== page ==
Cases can be made for each tank: The T-54 LT has armour that does not allow high-explosive shots to consistently penetrate, the Ru 251 has the highest DPM in its class, and the AMX 13 90 is an autoloader. While the WZ-132 and T49 are capable of performing, they are simply not used very often; the WZ-132 is still a victim of power creep, while the T49 does not have the ability to stand and fight on its own compared to the German, Russian and French light tanks.
In the video below, Russian teams Na`Vi and Hellraisers show us the many ways a light tank can be used - as an aggressive scout, as a support tank, and as a base capper (in an ingenious way, taking advantage of the new physics).
In the new meta, a greater variety of heavy tanks are available to perform their main role: They lead the line against the enemy, taking hits and dishing back massive amounts of damage. Traditional heavy tanks that favour armour over mobility are the E-100 and Maus. At the other end of the spectrum, the T110E5, FV 215b and 113 are very popular, allowing teams access to a good package of armour, mobility and firepower. The AMX 50B is fast, mobile, and an autoloader.
Far from the jack-of-all-trades, master-of-none tanks at Tier 8 that I talked about, medium tanks are infamous destruction-dealing monsters at Tier 10. Almost all of the tanks are able to play their own very specific role in the game.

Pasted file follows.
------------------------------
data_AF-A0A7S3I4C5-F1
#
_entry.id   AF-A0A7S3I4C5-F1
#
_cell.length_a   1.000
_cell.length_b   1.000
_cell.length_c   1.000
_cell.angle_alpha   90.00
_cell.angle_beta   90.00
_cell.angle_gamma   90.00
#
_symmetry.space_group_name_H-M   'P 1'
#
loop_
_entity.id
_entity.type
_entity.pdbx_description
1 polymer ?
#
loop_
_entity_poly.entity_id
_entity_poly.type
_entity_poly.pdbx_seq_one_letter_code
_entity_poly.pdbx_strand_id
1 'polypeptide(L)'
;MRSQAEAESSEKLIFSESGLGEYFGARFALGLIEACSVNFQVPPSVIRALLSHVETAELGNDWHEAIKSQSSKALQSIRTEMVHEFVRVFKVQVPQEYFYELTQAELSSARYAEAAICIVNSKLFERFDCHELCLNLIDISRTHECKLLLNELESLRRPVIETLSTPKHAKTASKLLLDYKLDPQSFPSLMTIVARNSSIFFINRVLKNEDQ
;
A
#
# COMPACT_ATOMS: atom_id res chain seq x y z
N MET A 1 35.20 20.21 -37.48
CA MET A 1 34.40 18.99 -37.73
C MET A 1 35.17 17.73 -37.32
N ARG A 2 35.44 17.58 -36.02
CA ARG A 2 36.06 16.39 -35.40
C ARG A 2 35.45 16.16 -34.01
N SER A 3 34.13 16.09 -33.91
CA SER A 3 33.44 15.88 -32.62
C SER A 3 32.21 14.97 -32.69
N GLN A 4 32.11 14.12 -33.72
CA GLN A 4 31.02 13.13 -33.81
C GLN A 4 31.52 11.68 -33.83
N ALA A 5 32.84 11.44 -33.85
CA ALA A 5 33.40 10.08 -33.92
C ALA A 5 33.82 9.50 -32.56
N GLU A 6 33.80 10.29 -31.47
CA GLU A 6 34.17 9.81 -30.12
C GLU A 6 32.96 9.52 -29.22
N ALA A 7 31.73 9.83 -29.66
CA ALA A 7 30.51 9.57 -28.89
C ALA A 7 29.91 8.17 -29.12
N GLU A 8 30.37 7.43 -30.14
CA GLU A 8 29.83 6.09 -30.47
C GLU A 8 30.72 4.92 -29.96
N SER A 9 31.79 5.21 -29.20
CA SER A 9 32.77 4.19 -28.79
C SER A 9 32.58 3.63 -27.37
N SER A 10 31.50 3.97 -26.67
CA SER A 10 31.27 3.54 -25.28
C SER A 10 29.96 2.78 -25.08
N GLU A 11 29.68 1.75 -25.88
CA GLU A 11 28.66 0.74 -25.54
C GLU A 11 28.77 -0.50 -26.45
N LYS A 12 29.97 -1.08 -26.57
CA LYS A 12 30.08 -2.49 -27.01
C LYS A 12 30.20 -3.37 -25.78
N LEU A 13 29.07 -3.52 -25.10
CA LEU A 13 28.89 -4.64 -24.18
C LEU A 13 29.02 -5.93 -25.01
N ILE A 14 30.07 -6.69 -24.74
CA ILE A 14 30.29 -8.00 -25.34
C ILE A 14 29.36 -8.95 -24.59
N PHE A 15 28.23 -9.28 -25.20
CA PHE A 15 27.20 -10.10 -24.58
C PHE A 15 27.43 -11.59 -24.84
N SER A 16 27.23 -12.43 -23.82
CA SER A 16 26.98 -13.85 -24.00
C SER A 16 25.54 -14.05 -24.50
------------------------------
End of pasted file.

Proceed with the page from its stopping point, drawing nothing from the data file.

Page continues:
For instance, if the team prefers autoloaders, they have the Bat Chat 25t and TVP 50/51 for choice. One has better alpha and a bigger clip; the other has a much faster reload rate. The Object 140 is Russia’s medium tank representative at this level, being able to reload quickly and move nimbly. The STB-1 and Centurion Action X have very heavily-armoured turrets, allowing them to capitalise on hull-down situations very easily. Germany’s E-50M is the most heavy-like medium tank in the game, allowing its use as a battering ram and in assaults.
The tournament format change also allowed artillery to remain relevant in tournaments. Artillery could now occupy a Tier 8 slot, allowing teams to bring 6 Tier 10 tanks. The most popular artillery guns are the M40/43 (for its wide gun arc, alpha and splash radius) and Lorraine 155 51 (for speed in relocating, accuracy and reload rate). Tier 9 – or worse, Tier 10 – artillery guns are not picked, simply because they take too much firepower away from the other 6 tanks in the team.
I would like to conclude this article by stating that the new changes made for more enjoyable watching for the audience, and thus helped move World of Tanks eSports in the right direction.